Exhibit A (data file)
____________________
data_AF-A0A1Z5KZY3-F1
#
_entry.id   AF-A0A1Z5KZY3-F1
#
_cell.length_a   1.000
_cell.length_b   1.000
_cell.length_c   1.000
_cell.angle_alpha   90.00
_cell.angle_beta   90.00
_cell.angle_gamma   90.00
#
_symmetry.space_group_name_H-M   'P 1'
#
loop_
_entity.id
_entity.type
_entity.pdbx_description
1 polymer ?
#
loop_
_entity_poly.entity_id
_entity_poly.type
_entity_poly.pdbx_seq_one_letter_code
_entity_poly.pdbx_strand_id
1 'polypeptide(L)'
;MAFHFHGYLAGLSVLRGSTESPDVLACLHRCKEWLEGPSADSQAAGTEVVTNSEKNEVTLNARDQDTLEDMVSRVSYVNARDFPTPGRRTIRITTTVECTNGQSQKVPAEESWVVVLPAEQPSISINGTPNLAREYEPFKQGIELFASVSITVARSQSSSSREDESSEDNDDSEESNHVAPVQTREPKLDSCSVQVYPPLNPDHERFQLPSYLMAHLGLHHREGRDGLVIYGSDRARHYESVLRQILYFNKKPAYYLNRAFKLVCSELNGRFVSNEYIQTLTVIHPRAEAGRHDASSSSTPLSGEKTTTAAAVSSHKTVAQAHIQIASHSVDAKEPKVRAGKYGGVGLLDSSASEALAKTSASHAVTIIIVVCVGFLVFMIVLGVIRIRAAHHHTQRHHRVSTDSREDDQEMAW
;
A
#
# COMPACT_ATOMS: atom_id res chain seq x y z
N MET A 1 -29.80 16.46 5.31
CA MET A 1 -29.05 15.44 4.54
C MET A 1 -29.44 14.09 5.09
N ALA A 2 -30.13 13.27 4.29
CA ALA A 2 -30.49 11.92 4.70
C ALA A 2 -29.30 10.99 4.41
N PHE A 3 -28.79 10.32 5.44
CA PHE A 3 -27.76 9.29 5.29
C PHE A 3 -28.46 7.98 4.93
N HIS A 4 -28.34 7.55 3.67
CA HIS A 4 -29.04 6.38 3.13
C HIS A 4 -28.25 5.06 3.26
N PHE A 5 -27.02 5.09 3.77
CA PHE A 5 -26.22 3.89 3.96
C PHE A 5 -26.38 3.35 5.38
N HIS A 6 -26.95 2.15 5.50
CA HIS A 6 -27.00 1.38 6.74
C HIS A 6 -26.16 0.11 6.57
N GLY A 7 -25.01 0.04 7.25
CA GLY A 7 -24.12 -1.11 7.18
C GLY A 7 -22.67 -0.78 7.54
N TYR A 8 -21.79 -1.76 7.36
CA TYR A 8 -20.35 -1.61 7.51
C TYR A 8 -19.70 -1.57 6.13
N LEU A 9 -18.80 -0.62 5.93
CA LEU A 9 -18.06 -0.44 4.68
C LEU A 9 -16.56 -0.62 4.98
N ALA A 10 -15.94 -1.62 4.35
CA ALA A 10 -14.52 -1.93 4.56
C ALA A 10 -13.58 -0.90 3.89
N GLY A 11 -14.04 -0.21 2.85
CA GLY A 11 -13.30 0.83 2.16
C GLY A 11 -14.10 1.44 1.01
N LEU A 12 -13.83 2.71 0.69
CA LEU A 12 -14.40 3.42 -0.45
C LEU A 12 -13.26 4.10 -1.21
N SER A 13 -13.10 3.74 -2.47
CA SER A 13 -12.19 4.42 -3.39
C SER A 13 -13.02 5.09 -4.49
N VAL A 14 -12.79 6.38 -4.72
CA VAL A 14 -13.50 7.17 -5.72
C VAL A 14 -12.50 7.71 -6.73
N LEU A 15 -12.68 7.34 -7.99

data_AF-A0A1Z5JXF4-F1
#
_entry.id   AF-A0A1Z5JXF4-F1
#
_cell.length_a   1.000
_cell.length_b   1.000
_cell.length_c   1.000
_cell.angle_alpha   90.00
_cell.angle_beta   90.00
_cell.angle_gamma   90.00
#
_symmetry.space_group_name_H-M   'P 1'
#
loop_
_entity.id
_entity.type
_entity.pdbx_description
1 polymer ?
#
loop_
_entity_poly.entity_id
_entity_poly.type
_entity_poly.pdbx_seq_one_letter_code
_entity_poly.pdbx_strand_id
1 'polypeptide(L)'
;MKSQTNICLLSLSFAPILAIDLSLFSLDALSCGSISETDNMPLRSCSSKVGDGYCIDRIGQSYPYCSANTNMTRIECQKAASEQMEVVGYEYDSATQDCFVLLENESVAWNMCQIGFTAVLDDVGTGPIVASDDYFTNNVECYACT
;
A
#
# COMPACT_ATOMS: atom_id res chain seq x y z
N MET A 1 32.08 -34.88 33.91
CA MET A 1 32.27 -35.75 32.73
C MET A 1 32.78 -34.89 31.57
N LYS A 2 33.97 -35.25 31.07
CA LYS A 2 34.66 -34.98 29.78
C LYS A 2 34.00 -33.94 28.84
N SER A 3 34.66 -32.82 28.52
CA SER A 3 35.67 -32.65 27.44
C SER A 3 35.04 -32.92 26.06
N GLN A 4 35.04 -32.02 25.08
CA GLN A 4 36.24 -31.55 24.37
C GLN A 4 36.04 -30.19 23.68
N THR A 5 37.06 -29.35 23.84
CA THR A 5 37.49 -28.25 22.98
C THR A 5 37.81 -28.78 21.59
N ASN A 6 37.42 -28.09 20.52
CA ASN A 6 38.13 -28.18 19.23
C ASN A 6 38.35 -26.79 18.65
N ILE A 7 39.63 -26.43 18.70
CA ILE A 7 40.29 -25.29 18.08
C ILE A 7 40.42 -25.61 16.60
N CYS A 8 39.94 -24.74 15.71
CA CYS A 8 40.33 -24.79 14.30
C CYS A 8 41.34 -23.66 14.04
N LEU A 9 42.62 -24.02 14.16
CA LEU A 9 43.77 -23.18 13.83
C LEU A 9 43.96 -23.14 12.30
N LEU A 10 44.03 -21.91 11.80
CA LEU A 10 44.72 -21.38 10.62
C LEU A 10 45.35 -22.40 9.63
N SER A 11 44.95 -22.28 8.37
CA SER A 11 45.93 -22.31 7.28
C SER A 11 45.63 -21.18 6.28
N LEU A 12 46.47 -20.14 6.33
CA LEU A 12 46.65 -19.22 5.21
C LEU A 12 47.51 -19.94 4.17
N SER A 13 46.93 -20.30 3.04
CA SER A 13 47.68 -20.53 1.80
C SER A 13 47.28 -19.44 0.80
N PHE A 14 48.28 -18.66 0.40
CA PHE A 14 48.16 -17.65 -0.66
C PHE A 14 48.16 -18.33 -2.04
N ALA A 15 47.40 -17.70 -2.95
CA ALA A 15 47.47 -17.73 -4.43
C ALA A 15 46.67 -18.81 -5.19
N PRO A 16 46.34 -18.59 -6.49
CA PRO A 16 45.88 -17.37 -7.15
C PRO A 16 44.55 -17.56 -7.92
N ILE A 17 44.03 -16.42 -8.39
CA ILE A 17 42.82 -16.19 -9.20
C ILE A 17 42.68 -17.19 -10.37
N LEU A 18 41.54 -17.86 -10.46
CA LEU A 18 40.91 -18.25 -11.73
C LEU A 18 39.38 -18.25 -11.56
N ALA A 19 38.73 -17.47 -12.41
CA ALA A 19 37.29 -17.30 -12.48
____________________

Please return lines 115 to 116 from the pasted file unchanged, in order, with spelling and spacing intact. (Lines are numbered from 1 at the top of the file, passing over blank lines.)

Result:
C GLN A 4 36.04 -30.19 23.68
N THR A 5 37.06 -29.35 23.84